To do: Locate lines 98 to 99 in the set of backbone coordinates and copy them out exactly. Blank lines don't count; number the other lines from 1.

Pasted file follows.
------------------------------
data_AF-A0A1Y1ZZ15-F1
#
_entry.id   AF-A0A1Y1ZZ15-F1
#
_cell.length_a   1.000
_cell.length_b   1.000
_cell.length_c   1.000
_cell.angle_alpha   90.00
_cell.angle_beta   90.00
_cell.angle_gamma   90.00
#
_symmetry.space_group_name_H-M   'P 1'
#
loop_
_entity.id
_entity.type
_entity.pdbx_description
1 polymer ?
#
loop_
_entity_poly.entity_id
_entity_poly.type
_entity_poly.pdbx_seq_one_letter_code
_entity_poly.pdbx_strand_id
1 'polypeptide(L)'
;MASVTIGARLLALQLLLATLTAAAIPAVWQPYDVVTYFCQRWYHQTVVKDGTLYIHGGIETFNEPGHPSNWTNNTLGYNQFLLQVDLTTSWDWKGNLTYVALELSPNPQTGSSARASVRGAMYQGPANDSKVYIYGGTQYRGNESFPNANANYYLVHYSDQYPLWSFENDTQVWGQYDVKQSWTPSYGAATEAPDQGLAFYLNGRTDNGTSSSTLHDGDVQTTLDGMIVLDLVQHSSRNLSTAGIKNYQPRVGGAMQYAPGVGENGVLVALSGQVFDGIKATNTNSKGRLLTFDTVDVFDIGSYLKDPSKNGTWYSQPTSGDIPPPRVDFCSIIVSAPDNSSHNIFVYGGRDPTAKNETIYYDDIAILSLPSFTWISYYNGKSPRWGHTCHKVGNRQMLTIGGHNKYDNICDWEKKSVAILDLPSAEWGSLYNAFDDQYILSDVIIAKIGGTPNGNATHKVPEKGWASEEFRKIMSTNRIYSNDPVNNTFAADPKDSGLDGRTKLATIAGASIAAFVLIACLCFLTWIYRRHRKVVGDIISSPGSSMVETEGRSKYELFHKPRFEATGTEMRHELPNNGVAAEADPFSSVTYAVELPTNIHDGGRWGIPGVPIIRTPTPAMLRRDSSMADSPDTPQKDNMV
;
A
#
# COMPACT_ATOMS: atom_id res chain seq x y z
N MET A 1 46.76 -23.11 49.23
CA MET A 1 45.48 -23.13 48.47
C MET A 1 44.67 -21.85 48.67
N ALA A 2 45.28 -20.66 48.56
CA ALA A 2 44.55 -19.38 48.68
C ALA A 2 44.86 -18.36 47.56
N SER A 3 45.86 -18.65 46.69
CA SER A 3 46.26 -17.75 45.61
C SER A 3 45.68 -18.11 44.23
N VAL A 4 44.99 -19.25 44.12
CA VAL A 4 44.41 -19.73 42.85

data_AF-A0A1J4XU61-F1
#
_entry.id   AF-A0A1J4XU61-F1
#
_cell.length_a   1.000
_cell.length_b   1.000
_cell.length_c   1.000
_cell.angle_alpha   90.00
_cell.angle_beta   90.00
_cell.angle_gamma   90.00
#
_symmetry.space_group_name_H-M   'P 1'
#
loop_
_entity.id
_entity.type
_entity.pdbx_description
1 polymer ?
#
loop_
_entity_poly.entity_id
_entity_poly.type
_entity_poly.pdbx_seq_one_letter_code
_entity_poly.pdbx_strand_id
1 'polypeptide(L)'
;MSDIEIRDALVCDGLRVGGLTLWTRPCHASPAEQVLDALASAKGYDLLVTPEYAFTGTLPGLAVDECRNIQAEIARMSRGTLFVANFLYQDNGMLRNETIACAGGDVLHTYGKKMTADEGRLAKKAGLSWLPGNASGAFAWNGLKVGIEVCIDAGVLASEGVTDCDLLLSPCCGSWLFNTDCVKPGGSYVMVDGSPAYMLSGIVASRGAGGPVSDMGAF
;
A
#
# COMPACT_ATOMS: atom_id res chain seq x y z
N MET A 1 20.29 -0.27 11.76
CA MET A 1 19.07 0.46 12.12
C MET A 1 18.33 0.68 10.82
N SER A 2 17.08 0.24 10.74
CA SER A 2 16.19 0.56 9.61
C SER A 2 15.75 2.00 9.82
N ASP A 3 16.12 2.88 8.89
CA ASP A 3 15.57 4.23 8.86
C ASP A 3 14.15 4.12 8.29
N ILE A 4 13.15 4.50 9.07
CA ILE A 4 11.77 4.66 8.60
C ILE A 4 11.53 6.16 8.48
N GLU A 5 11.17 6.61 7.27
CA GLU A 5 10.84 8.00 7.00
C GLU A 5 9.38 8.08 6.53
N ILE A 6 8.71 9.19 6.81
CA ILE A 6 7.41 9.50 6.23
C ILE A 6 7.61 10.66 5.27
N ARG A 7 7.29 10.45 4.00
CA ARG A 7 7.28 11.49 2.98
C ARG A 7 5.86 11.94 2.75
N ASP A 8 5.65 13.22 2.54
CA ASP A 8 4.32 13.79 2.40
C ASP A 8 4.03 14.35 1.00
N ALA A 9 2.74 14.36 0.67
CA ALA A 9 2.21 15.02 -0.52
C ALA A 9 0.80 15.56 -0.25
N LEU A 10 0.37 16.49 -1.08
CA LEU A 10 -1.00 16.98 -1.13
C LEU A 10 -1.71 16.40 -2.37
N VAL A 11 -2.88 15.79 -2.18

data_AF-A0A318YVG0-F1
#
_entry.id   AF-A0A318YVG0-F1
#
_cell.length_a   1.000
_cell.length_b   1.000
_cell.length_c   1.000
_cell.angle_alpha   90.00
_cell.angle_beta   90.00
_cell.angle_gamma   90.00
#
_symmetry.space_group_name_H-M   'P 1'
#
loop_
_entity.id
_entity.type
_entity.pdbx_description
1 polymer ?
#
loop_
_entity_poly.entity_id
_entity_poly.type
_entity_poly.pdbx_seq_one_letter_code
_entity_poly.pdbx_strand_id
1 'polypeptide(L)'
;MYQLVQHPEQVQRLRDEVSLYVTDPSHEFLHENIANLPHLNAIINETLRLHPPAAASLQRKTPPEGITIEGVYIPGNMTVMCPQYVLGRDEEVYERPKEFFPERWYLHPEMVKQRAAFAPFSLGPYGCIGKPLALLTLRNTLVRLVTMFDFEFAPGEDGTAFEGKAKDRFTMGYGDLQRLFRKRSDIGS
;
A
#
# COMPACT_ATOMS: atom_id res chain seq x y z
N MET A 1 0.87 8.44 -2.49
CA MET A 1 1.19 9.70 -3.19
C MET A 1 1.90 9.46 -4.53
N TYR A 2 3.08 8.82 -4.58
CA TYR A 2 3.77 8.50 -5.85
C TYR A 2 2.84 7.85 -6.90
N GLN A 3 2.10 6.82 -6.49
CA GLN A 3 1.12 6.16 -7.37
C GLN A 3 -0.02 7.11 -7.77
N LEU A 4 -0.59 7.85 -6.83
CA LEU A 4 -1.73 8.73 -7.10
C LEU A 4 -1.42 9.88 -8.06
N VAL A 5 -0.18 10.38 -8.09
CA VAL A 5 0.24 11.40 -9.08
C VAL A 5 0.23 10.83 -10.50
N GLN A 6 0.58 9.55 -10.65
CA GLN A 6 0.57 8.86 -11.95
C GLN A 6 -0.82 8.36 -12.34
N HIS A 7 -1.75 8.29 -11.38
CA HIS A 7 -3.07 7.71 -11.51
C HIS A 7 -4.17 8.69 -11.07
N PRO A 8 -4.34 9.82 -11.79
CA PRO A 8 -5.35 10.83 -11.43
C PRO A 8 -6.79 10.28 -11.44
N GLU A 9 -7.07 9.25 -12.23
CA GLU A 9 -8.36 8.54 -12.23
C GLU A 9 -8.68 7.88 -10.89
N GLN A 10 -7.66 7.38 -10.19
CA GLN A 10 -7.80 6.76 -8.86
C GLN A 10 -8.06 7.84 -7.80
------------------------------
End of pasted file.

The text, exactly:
C ALA A 9 0.80 15.56 -0.25
N LEU A 10 0.37 16.49 -1.08